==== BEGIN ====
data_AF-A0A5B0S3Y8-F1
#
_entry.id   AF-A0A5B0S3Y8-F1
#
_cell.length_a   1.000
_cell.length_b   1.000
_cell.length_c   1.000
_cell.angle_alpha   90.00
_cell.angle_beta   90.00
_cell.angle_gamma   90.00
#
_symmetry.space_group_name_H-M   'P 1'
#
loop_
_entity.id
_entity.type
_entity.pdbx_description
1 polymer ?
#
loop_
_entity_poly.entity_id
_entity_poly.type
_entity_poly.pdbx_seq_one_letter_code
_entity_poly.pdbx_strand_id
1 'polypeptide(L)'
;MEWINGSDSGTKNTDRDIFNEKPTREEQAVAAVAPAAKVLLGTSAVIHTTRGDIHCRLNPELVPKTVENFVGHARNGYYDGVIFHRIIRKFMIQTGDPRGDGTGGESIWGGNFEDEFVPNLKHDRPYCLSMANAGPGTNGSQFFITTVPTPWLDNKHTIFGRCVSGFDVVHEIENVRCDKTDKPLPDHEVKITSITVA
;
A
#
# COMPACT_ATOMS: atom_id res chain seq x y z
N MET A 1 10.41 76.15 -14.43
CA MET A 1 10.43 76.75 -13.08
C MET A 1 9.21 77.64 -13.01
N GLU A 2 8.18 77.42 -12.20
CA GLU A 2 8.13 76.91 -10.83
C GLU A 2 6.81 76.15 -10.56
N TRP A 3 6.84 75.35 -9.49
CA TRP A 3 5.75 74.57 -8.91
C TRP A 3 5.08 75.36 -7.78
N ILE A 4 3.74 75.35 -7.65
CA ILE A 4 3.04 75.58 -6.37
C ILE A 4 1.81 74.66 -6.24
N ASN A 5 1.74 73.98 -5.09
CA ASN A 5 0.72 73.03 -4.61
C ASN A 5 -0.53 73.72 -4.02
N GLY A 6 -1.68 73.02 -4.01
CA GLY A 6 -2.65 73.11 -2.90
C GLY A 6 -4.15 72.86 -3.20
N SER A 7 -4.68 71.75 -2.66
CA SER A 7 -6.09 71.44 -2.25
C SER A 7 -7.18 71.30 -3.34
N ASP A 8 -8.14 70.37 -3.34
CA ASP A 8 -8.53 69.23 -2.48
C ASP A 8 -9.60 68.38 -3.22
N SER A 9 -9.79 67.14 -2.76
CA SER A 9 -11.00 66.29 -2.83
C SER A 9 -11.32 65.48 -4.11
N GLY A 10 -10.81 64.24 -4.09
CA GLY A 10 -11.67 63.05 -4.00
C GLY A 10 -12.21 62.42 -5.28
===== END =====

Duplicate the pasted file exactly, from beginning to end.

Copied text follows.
data_AF-A0A5B0S3Y8-F1
#
_entry.id   AF-A0A5B0S3Y8-F1
#
_cell.length_a   1.000
_cell.length_b   1.000
_cell.length_c   1.000
_cell.angle_alpha   90.00
_cell.angle_beta   90.00
_cell.angle_gamma   90.00
#
_symmetry.space_group_name_H-M   'P 1'
#
loop_
_entity.id
_entity.type
_entity.pdbx_description
1 polymer ?
#
loop_
_entity_poly.entity_id
_entity_poly.type
_entity_poly.pdbx_seq_one_letter_code
_entity_poly.pdbx_strand_id
1 'polypeptide(L)'
;MEWINGSDSGTKNTDRDIFNEKPTREEQAVAAVAPAAKVLLGTSAVIHTTRGDIHCRLNPELVPKTVENFVGHARNGYYDGVIFHRIIRKFMIQTGDPRGDGTGGESIWGGNFEDEFVPNLKHDRPYCLSMANAGPGTNGSQFFITTVPTPWLDNKHTIFGRCVSGFDVVHEIENVRCDKTDKPLPDHEVKITSITVA
;
A
#
# COMPACT_ATOMS: atom_id res chain seq x y z
N MET A 1 10.41 76.15 -14.43
CA MET A 1 10.43 76.75 -13.08
C MET A 1 9.21 77.64 -13.01
N GLU A 2 8.18 77.42 -12.20
CA GLU A 2 8.13 76.91 -10.83
C GLU A 2 6.81 76.15 -10.56
N TRP A 3 6.84 75.35 -9.49
CA TRP A 3 5.75 74.57 -8.91
C TRP A 3 5.08 75.36 -7.78
N ILE A 4 3.74 75.35 -7.65
CA ILE A 4 3.04 75.58 -6.37
C ILE A 4 1.81 74.66 -6.24
N ASN A 5 1.74 73.98 -5.09
CA ASN A 5 0.72 73.03 -4.61
C ASN A 5 -0.53 73.72 -4.02
N GLY A 6 -1.68 73.02 -4.01
CA GLY A 6 -2.65 73.11 -2.90
C GLY A 6 -4.15 72.86 -3.20
N SER A 7 -4.68 71.75 -2.66
CA SER A 7 -6.09 71.44 -2.25
C SER A 7 -7.18 71.30 -3.34
N ASP A 8 -8.14 70.37 -3.34
CA ASP A 8 -8.53 69.23 -2.48
C ASP A 8 -9.60 68.38 -3.22
N SER A 9 -9.79 67.14 -2.76
CA SER A 9 -11.00 66.29 -2.83
C SER A 9 -11.32 65.48 -4.11
N GLY A 10 -10.81 64.24 -4.09
CA GLY A 10 -11.67 63.05 -4.00
C GLY A 10 -12.21 62.42 -5.28